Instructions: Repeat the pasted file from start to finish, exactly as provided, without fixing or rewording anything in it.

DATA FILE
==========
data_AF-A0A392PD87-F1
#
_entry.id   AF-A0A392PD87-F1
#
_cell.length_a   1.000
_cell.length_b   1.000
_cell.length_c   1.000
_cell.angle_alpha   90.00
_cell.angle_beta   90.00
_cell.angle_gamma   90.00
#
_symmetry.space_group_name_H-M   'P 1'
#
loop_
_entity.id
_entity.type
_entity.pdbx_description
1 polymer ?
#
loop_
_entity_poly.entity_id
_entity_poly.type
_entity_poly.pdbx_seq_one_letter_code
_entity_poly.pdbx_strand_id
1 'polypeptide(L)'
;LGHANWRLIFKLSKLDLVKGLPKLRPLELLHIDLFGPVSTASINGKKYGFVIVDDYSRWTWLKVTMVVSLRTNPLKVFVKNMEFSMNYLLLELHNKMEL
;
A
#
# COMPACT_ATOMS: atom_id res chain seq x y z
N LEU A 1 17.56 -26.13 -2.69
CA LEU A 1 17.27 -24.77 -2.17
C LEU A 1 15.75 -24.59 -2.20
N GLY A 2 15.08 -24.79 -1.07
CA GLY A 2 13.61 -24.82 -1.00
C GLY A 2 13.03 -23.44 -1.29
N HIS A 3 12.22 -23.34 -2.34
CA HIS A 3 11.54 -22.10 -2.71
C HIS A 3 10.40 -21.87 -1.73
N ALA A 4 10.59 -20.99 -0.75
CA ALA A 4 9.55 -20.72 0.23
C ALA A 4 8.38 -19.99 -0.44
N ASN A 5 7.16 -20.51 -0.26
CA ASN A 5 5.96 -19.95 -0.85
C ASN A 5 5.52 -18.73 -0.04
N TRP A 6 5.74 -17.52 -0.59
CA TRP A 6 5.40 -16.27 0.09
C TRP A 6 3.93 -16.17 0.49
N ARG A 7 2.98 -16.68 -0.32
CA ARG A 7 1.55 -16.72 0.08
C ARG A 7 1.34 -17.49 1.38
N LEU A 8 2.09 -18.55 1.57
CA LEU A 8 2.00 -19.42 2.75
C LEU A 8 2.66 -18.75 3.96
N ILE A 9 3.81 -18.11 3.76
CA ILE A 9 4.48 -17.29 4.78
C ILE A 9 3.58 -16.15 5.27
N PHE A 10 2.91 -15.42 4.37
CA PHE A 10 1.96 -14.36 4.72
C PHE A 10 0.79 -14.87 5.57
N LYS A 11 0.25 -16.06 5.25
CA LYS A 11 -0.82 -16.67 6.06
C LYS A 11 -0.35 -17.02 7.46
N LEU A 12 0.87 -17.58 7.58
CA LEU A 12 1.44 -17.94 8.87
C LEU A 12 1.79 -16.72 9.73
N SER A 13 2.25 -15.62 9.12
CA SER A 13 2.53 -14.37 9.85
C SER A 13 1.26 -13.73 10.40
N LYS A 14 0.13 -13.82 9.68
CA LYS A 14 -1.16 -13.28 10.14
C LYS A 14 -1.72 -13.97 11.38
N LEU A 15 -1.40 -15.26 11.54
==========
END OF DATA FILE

data_AF-A0A392PD87-F1
#
_entry.id   AF-A0A392PD87-F1
#
_cell.length_a   1.000
_cell.length_b   1.000
_cell.length_c   1.000
_cell.angle_alpha   90.00
_cell.angle_beta   90.00
_cell.angle_gamma   90.00
#
_symmetry.space_group_name_H-M   'P 1'
#
loop_
_entity.id
_entity.type
_entity.pdbx_description
1 polymer ?
#
loop_
_entity_poly.entity_id
_entity_poly.type
_entity_poly.pdbx_seq_one_letter_code
_entity_poly.pdbx_strand_id
1 'polypeptide(L)'
;LGHANWRLIFKLSKLDLVKGLPKLRPLELLHIDLFGPVSTASINGKKYGFVIVDDYSRWTWLKVTMVVSLRTNPLKVFVKNMEFSMNYLLLELHNKMEL
;
A
#
# COMPACT_ATOMS: atom_id res chain seq x y z
N LEU A 1 17.56 -26.13 -2.69
CA LEU A 1 17.27 -24.77 -2.17
C LEU A 1 15.75 -24.59 -2.20
N GLY A 2 15.08 -24.79 -1.07
CA GLY A 2 13.61 -24.82 -1.00
C GLY A 2 13.03 -23.44 -1.29
N HIS A 3 12.22 -23.34 -2.34
CA HIS A 3 11.54 -22.10 -2.71
C HIS A 3 10.40 -21.87 -1.73
N ALA A 4 10.59 -20.99 -0.75
CA ALA A 4 9.55 -20.72 0.23
C ALA A 4 8.38 -19.99 -0.44
N ASN A 5 7.16 -20.51 -0.26
CA ASN A 5 5.96 -19.95 -0.85
C ASN A 5 5.52 -18.73 -0.04
N TRP A 6 5.74 -17.52 -0.59
CA TRP A 6 5.40 -16.27 0.09
C TRP A 6 3.93 -16.17 0.49
N ARG A 7 2.98 -16.68 -0.32
CA ARG A 7 1.55 -16.72 0.08
C ARG A 7 1.34 -17.49 1.38
N LEU A 8 2.09 -18.55 1.57
CA LEU A 8 2.00 -19.42 2.75
C LEU A 8 2.66 -18.75 3.96
N ILE A 9 3.81 -18.11 3.76
CA ILE A 9 4.48 -17.29 4.78
C ILE A 9 3.58 -16.15 5.27
N PHE A 10 2.91 -15.42 4.37
CA PHE A 10 1.96 -14.36 4.72
C PHE A 10 0.79 -14.87 5.57
N LYS A 11 0.25 -16.06 5.25
CA LYS A 11 -0.82 -16.67 6.06
C LYS A 11 -0.35 -17.02 7.46
N LEU A 12 0.87 -17.58 7.58
CA LEU A 12 1.44 -17.94 8.87
C LEU A 12 1.79 -16.72 9.73
N SER A 13 2.25 -15.62 9.12
CA SER A 13 2.53 -14.37 9.85
C SER A 13 1.26 -13.73 10.40
N LYS A 14 0.13 -13.82 9.68
CA LYS A 14 -1.16 -13.28 10.14
C LYS A 14 -1.72 -13.97 11.38
N LEU A 15 -1.40 -15.26 11.54